Heading into a new year, he’s now very clearly entrenched as one of the world’s best. And as his career progresses, it’s likely we’ll look back at 2017 as the point where Thomas first transformed great potential into eye-popping results.

    Win No. 1: Title defense at the CIMB Classic

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    Record Round No. 2: 63 at the U.S. Open

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    Cabreras win PNC Father/Son Challenge

    By Associated PressDecember 17, 2017, 11:36 pm

    ORLANDO, Fla. - Angel Cabrera and Angel Cabrera Jr. closed with a 12-under 60 for a three-shot victory in their debut at the PNC Father/Son Challenge.

    The Cabreras opened with a 59 at The Ritz-Carlton Golf Club and were challenged briefly by the defending champions, David Duval and Nick Karavites, in the scramble format Sunday. The Argentines went out in 30, and they had a two-shot lead with Cabrera's son came within an inch of chipping in for eagle on the final hole.

    They finished at 25-under 199 for a three-shot victory over Duval and Karavites, and Bernhard Langer and Jason Langer. The Langer team won in 2014.

    Mark O'Meara and Shaun O'Meara tied for fourth at 21 under with Jerry Pate and Wesley Pate.

    Cabrera wasn't even in the field until two-time U.S. Open champion Curtis Strange and his son, Tom Strange, had to withdraw.

    Duval and his stepson went out in 28, but the Cabreras regained control by starting the back nine with back-to-back birdies, and then making birdies on the 13th, 14th and 16th. The final birdie allowed them to tie the tournament scoring record.

    ''This is certain my best week of the year,'' said Cabrera, the 2009 Masters champion and 2007 U.S. Open champion at Oakmont. ''To play alongside all the legends ... as well as playing alongside my son, has been the greatest week of the year.''

    The popular event is for players who have won a major championship or The Players Championship. It is a scramble format both days.

    In some cases, the major champions lean on the power of their sons for the distance. O'Meara said Saturday that his ''little man'' hit it 58 yards by him on the 18th. And on Sunday, Stewart Cink said son Reagan told him after outdriving him on the opening four holes, ''In this tournament I may be your son, but right now I'm your Daddy!''

    Jack Nicklaus played with his grandson, G.T. They closed with a 64 and tied for 15th in the field of 20 teams.

    Rose wins; Aphibarnrat earns Masters bid in Indonesia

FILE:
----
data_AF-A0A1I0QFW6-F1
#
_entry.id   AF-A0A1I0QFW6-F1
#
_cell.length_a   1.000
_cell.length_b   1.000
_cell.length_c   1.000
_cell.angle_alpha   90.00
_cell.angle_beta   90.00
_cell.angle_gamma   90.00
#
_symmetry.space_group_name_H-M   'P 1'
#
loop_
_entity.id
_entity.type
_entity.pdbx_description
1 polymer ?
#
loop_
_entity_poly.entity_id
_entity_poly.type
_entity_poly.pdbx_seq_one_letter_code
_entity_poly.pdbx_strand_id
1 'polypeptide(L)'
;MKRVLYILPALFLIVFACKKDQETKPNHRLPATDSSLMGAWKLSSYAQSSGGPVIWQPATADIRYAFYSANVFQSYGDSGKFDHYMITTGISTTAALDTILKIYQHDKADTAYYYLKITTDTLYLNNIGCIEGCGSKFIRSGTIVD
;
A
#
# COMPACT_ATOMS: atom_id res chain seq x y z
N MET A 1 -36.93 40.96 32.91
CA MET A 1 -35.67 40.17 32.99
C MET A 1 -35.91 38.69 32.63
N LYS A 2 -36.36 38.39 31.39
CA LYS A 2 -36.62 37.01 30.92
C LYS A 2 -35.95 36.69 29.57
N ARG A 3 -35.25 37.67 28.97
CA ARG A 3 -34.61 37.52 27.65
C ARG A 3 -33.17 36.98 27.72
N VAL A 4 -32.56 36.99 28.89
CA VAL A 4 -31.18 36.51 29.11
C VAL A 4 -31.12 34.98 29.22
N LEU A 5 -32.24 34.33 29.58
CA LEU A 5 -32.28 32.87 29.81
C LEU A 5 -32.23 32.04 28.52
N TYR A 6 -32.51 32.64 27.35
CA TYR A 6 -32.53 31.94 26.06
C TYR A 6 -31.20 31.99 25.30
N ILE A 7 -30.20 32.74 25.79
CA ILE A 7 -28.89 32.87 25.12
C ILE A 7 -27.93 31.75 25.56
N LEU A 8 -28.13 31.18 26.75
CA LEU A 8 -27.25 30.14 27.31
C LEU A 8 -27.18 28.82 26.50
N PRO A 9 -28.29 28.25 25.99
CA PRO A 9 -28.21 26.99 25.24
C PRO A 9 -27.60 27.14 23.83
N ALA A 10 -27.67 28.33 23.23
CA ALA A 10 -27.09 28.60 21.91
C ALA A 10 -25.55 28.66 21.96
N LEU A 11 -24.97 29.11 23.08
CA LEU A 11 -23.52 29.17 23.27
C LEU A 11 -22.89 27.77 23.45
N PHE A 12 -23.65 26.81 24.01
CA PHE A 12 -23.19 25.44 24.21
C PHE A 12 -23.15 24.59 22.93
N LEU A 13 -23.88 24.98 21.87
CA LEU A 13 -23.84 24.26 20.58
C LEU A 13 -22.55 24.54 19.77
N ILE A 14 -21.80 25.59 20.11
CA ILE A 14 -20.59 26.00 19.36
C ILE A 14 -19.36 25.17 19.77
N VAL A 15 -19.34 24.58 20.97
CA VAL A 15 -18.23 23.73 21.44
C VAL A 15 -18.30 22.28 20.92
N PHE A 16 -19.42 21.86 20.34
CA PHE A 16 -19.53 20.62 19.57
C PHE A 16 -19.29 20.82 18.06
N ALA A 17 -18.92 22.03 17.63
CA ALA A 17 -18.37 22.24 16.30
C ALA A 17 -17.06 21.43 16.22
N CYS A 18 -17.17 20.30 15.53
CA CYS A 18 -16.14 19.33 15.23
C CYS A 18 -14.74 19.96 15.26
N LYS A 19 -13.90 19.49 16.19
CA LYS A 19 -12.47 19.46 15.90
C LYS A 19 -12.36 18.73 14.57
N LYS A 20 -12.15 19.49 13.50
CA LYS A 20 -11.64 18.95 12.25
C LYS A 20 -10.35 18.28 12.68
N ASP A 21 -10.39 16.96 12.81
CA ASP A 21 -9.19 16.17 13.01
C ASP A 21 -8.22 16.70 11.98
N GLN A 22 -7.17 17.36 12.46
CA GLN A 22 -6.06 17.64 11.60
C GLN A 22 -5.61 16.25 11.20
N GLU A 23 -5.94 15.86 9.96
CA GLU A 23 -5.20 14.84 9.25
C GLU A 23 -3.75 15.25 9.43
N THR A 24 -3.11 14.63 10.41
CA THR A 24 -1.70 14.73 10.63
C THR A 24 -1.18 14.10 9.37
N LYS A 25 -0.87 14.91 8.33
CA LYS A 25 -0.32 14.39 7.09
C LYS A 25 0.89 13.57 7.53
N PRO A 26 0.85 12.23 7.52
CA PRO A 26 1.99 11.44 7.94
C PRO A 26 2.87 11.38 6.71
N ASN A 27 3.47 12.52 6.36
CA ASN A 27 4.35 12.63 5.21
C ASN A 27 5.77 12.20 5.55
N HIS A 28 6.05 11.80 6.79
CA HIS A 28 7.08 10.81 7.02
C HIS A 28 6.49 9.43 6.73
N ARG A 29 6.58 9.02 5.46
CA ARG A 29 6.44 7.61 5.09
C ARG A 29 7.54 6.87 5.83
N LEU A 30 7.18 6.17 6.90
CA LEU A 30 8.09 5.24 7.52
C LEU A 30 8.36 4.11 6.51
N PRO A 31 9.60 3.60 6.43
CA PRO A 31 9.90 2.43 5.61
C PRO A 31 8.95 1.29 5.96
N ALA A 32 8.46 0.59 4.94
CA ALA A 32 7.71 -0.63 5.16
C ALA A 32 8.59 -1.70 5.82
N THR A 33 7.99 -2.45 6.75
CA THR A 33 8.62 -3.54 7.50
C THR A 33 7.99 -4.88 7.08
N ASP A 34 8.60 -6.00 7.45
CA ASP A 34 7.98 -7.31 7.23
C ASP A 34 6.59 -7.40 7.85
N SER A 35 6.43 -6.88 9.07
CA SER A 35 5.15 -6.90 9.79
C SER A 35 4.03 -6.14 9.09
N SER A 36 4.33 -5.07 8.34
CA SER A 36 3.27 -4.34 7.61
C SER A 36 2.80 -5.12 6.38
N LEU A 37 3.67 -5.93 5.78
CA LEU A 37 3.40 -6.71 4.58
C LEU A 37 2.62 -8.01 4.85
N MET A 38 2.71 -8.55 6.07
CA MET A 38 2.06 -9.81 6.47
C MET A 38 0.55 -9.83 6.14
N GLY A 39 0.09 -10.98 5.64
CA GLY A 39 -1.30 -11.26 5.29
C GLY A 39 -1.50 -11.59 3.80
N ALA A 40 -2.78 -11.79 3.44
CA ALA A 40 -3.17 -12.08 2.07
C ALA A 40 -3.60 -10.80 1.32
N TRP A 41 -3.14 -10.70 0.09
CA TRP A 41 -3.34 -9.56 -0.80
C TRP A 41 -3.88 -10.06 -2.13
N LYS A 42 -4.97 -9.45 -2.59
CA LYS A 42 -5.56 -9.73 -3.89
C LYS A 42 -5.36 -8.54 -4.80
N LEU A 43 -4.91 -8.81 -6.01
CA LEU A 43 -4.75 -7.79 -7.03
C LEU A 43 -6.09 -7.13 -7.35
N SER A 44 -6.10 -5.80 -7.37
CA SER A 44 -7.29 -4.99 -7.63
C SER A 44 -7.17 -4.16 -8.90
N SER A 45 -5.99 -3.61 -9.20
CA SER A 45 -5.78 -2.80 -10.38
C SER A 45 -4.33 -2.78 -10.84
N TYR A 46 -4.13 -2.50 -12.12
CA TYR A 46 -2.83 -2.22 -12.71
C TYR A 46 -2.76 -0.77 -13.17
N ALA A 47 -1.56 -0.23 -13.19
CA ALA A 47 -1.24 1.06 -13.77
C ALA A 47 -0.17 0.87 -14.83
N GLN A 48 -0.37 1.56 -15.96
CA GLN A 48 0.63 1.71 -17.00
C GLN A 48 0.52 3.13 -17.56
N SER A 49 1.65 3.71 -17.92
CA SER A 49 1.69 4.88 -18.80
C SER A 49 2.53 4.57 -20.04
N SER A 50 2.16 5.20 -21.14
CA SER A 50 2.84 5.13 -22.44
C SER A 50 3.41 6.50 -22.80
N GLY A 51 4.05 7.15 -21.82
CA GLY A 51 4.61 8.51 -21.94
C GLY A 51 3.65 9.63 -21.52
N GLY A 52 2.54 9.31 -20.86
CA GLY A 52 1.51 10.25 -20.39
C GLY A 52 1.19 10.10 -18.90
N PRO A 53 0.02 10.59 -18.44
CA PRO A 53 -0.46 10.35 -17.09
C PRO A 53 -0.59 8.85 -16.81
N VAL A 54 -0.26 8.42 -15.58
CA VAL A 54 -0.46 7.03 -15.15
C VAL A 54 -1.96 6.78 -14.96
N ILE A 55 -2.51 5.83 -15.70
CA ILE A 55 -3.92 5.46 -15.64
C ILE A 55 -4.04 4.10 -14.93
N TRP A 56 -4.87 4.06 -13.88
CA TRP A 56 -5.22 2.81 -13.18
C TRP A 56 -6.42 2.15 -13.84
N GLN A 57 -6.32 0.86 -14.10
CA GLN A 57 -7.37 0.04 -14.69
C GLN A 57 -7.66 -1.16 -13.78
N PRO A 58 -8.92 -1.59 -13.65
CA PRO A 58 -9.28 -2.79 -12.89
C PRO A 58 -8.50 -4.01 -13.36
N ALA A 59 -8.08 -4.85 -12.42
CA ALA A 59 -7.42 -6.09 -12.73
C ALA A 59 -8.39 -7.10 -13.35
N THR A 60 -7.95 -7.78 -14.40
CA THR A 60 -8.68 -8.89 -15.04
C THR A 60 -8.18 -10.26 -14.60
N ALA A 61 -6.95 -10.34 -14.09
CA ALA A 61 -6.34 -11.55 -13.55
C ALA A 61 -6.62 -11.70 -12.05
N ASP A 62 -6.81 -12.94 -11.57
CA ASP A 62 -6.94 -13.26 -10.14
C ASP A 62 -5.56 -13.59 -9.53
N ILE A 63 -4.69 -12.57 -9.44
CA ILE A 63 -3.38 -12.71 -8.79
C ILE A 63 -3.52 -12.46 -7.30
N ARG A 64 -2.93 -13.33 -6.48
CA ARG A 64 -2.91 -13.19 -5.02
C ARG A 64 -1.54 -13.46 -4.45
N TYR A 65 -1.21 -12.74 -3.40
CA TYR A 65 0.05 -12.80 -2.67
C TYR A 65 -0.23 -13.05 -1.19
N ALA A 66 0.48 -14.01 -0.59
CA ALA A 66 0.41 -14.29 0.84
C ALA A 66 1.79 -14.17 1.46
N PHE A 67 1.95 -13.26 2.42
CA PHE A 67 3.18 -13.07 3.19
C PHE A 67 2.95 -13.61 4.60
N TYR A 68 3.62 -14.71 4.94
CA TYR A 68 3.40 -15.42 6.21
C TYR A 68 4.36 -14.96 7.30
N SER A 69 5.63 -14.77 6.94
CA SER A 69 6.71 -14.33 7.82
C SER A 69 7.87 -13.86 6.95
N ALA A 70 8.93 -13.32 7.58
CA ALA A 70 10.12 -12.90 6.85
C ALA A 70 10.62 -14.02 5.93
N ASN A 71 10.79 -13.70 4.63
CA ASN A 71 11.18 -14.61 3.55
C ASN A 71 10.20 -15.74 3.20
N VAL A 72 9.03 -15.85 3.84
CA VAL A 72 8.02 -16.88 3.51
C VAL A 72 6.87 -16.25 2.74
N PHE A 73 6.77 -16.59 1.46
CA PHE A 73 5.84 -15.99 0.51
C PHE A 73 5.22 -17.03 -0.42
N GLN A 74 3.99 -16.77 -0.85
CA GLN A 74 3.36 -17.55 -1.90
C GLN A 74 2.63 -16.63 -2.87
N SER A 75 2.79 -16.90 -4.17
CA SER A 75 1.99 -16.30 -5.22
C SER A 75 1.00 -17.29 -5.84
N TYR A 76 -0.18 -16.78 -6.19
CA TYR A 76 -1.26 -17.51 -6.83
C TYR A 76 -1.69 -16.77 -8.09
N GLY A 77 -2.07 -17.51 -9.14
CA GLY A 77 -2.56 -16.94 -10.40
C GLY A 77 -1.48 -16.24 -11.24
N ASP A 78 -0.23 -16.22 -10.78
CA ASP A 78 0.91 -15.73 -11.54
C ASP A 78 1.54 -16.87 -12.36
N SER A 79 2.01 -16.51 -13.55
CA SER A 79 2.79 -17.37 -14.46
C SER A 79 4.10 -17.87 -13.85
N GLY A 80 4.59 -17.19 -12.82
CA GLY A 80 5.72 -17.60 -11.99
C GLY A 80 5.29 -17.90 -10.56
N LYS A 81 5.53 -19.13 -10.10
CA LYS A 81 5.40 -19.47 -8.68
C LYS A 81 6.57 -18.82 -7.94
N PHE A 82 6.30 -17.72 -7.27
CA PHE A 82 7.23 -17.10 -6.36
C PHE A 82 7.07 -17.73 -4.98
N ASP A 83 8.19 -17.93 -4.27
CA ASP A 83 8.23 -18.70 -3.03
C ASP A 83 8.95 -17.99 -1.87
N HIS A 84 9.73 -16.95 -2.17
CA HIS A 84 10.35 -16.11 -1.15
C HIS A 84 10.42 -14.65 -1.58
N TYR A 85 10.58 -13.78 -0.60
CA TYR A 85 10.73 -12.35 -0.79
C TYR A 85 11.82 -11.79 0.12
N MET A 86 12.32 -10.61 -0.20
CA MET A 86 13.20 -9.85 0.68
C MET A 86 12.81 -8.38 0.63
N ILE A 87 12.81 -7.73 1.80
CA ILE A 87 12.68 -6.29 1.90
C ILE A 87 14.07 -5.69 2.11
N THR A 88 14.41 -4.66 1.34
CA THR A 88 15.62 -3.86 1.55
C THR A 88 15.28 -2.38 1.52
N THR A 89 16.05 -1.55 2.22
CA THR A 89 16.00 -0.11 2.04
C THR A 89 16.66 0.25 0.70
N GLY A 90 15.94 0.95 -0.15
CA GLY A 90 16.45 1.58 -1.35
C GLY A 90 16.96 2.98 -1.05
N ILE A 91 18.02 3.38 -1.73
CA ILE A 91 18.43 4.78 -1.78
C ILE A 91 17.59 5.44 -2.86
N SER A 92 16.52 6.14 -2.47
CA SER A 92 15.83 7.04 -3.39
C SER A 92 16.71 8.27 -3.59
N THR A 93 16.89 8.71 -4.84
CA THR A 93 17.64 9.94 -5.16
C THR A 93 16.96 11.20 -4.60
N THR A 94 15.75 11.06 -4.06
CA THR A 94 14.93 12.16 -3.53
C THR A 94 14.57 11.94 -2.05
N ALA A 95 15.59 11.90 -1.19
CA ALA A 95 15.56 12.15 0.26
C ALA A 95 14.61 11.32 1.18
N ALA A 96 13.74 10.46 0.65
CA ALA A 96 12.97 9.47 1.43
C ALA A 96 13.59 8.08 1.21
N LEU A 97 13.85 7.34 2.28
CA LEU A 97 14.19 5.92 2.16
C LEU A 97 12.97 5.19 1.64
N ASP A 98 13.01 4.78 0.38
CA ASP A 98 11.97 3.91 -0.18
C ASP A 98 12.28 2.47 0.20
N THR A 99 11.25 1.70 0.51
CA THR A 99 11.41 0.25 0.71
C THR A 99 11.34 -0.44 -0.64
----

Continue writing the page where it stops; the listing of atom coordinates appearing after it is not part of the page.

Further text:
By Will GrayDecember 17, 2017, 1:59 pm

    Justin Rose continued his recent run of dominance in Indonesia, while Kiradech Aphibarnrat snagged a Masters invite with some 72nd-hole dramatics.

    Rose cruised to an eight-shot victory at the Indonesian Masters, carding bookend rounds of 10-under 62 that featured a brief run at a 59 during the final round. The Englishman was the highest-ranked player in the field and he led wire-to-wire, with Thailand's Phachara Khongwatmai finishing second.

    Rose closes out the year as perhaps the hottest player in the world, with top-10 finishes in each of his final 10 worldwide starts. That stretch includes three victories, as Rose also won the WGC-HSBC Champions and Turkish Airlines Open. He hasn't finished outside the top 10 in a tournament since missing the cut at the PGA Championship.

    Meanwhile, it took until the final hole of the final tournament of 2017 for Aphibarnrat to secure a return to the Masters. The Thai entered the week ranked No. 56 in the world, with the top 50 in the year-end world rankings earning invites to Augusta National. Needing an eagle on the 72nd hole, Aphibarnrat got just that to snag solo fifth place.

    It means that he is projected to end the year ranked No. 49, while Japan's Yusaku Miyazato - who started the week ranked No. 58 and finished alone in fourth - is projected to finish No. 50. Aphibarnrat finished T-15 in his Masters debut in 2016, while Miyazato will make his first appearance in the spring.

    The results in Indonesia mean that American Peter Uihlein and South Africa's Dylan Frittelli are projected to barely miss the year-end, top-50 cutoff. Their options for Masters qualification will include winning a full-point PGA Tour event in early 2018 or cracking the top 50 by the final March 25 cutoff.